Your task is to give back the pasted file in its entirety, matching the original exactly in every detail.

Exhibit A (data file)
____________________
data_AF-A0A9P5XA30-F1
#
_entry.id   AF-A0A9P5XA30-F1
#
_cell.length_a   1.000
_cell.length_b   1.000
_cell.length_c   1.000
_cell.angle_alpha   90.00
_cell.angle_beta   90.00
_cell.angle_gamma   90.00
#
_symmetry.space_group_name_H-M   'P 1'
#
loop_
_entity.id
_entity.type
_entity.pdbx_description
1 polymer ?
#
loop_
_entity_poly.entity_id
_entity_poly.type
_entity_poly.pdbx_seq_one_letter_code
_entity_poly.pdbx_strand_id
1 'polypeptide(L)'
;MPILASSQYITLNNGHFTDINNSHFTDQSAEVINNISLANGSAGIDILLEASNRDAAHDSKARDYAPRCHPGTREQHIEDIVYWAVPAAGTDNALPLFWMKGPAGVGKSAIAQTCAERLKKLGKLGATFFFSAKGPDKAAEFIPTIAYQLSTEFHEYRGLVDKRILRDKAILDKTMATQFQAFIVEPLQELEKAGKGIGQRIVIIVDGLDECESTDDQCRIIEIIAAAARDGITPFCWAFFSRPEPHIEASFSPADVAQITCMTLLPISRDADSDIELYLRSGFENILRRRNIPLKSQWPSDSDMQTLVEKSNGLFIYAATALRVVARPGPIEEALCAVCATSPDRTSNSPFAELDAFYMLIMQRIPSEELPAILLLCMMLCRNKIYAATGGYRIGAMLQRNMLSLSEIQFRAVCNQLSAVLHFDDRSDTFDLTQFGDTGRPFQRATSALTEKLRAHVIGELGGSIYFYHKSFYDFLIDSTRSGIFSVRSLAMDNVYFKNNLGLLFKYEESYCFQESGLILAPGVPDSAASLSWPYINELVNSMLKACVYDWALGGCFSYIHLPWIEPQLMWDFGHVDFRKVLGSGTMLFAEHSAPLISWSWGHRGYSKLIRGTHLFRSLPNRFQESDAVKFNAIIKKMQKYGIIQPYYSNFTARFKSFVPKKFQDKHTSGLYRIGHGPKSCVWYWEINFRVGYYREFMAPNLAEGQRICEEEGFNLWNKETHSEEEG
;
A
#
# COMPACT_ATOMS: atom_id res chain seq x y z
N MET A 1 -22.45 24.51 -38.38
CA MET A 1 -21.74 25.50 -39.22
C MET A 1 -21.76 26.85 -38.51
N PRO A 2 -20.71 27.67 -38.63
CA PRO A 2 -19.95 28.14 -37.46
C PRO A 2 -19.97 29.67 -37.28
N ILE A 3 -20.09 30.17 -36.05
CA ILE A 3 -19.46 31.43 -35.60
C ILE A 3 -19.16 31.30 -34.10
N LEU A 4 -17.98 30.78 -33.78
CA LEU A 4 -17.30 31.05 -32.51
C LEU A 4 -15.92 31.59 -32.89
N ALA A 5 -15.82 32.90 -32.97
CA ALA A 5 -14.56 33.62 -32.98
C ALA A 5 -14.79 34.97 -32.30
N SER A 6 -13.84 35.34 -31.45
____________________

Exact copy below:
data_AF-A0A9P5XA30-F1
#
_entry.id   AF-A0A9P5XA30-F1
#
_cell.length_a   1.000
_cell.length_b   1.000
_cell.length_c   1.000
_cell.angle_alpha   90.00
_cell.angle_beta   90.00
_cell.angle_gamma   90.00
#
_symmetry.space_group_name_H-M   'P 1'
#
loop_
_entity.id
_entity.type
_entity.pdbx_description
1 polymer ?
#
loop_
_entity_poly.entity_id
_entity_poly.type
_entity_poly.pdbx_seq_one_letter_code
_entity_poly.pdbx_strand_id
1 'polypeptide(L)'
;MPILASSQYITLNNGHFTDINNSHFTDQSAEVINNISLANGSAGIDILLEASNRDAAHDSKARDYAPRCHPGTREQHIEDIVYWAVPAAGTDNALPLFWMKGPAGVGKSAIAQTCAERLKKLGKLGATFFFSAKGPDKAAEFIPTIAYQLSTEFHEYRGLVDKRILRDKAILDKTMATQFQAFIVEPLQELEKAGKGIGQRIVIIVDGLDECESTDDQCRIIEIIAAAARDGITPFCWAFFSRPEPHIEASFSPADVAQITCMTLLPISRDADSDIELYLRSGFENILRRRNIPLKSQWPSDSDMQTLVEKSNGLFIYAATALRVVARPGPIEEALCAVCATSPDRTSNSPFAELDAFYMLIMQRIPSEELPAILLLCMMLCRNKIYAATGGYRIGAMLQRNMLSLSEIQFRAVCNQLSAVLHFDDRSDTFDLTQFGDTGRPFQRATSALTEKLRAHVIGELGGSIYFYHKSFYDFLIDSTRSGIFSVRSLAMDNVYFKNNLGLLFKYEESYCFQESGLILAPGVPDSAASLSWPYINELVNSMLKACVYDWALGGCFSYIHLPWIEPQLMWDFGHVDFRKVLGSGTMLFAEHSAPLISWSWGHRGYSKLIRGTHLFRSLPNRFQESDAVKFNAIIKKMQKYGIIQPYYSNFTARFKSFVPKKFQDKHTSGLYRIGHGPKSCVWYWEINFRVGYYREFMAPNLAEGQRICEEEGFNLWNKETHSEEEG
;
A
#
# COMPACT_ATOMS: atom_id res chain seq x y z
N MET A 1 -22.45 24.51 -38.38
CA MET A 1 -21.74 25.50 -39.22
C MET A 1 -21.76 26.85 -38.51
N PRO A 2 -20.71 27.67 -38.63
CA PRO A 2 -19.95 28.14 -37.46
C PRO A 2 -19.97 29.67 -37.28
N ILE A 3 -20.09 30.17 -36.05
CA ILE A 3 -19.46 31.43 -35.60
C ILE A 3 -19.16 31.30 -34.10
N LEU A 4 -17.98 30.78 -33.78
CA LEU A 4 -17.30 31.05 -32.51
C LEU A 4 -15.92 31.59 -32.89
N ALA A 5 -15.82 32.90 -32.97
CA ALA A 5 -14.56 33.62 -32.98
C ALA A 5 -14.79 34.97 -32.30
N SER A 6 -13.84 35.34 -31.45